On 30th July, Indian hockey will start its stiffest examination in a long while. London Olympics 2012 isn’t necessarily the toughest competition Indian team has faced in the past decade, but there’s a renewed sense of expectation back home this time around. It’s been a year since Michael Nobbs took over and though the tenure hasn’t been devoid of controversies, it’s been largely a positive step ahead for Indian hockey.
In the short period since I started following the game, the past glory and colossal giants of the game have, more often than not, resembled a sword hanging over the team’s head. A fan saw the glorified heroes of the decades when the game was vastly different than today, and felt automatically disgusted with the present scenario of the so-called ‘national sport’. These two tags – history and official ‘respect’ awarded to hockey – contributed to the suppressing of whatever few positives that emerged from the sport in recent times. Internal politics and blame games didn’t help either, obviously. India is still the only country with more than one hockey body representing the sport.
But right now, I don’t want to give it a thought. Indian hockey has taken a new turn – it has given us hope, a realistic one. And no, it’s not about winning a medal in London. The more realistic, and at the risk of sounding haughty, the more knowledgeable fans will understand the importance of a top-6 finish at London Olympics for Indian hockey. Rome wasn’t built in a day and neither is our team going to reach its zenith in a matter of months. There are far superior teams out there who are going to be at their best – Australia, Germany, Netherlands and Spain are miles ahead of us in terms of experience (Michael Nobbs and the support staff have managed to reduce the fitness gap). If we think that drawing one and then losing the next practice match to Spain and losing thrice and winning once against Great Britain this year is going to make us podium finishers at London, we’re in for a harsh awakening.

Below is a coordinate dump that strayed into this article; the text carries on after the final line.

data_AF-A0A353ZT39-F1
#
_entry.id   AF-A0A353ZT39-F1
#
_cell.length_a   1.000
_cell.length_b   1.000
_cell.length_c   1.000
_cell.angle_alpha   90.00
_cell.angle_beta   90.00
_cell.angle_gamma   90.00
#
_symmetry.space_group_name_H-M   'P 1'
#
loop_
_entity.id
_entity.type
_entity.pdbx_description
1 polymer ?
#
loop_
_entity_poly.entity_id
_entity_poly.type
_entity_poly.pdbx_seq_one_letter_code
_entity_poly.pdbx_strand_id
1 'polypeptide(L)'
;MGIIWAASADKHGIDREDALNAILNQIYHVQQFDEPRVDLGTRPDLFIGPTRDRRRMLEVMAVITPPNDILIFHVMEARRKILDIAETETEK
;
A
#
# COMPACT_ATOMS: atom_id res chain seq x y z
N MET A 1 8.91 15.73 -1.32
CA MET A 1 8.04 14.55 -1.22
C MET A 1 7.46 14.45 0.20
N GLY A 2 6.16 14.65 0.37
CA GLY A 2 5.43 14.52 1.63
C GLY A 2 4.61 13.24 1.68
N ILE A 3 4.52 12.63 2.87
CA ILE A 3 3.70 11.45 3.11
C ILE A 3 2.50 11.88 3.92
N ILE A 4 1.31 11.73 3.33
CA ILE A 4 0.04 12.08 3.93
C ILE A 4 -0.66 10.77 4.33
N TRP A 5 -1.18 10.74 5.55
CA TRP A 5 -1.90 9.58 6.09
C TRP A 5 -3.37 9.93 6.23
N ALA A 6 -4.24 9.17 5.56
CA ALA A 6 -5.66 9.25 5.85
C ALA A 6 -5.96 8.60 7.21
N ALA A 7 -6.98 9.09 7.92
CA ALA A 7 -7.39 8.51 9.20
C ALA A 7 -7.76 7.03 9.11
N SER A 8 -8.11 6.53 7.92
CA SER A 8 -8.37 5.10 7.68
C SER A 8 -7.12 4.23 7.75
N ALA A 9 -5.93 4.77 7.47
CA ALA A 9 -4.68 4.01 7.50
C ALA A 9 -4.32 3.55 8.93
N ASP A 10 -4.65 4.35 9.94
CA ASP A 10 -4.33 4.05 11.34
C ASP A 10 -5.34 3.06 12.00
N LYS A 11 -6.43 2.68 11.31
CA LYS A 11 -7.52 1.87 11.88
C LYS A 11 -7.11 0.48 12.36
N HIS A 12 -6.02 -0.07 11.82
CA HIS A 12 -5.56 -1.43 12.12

But now that we’ve got the cynicism out of the way, it’s time to highlight the hope – the hope of being better, and subsequently, sooner than later, the best. Starting from the coach, Michael Nobbs and his support staff have given their best in building a team for the future. The best thing about Nobbs is his honest outlook towards Indian hockey. He’s optimistic and he knows that the first hurdle to overcome is fitness. And he along with team’s physiotherapist and now manager David John, has worked wonders on that front – Sardar Singh even claimed that the team would show off their six-packs, should they win a medal!
Sandeep Singh is the poster boy of this Indian team, his drag-flicks drawing oohs and aahs from the crowds world over. He’s one of the best drag-flickers in the world and the face for the Indian team which needed a hero in time of the stiff task ahead. But behind this hero, are the men who despite missing the limelight, are the nuts and bolts of this Indian machinery. Sardar Singh, Shivendra Singh, SK Uthappa, Danish Mujtaba, SV Sunil, Tushar Khandker, VR Raghunath, Ignace Tirkey, Bharat Chetri and others are the men who’ll drive forward the Indian juggernaut.
Despite being a cricket fanatic, I’ll be hooked to hockey this month and the next – the senseless and fan-less Indian tour of Sri Lanka will take a backseat. Indian hockey though, is at the cusp of something glorious, and I don’t want to miss a single second.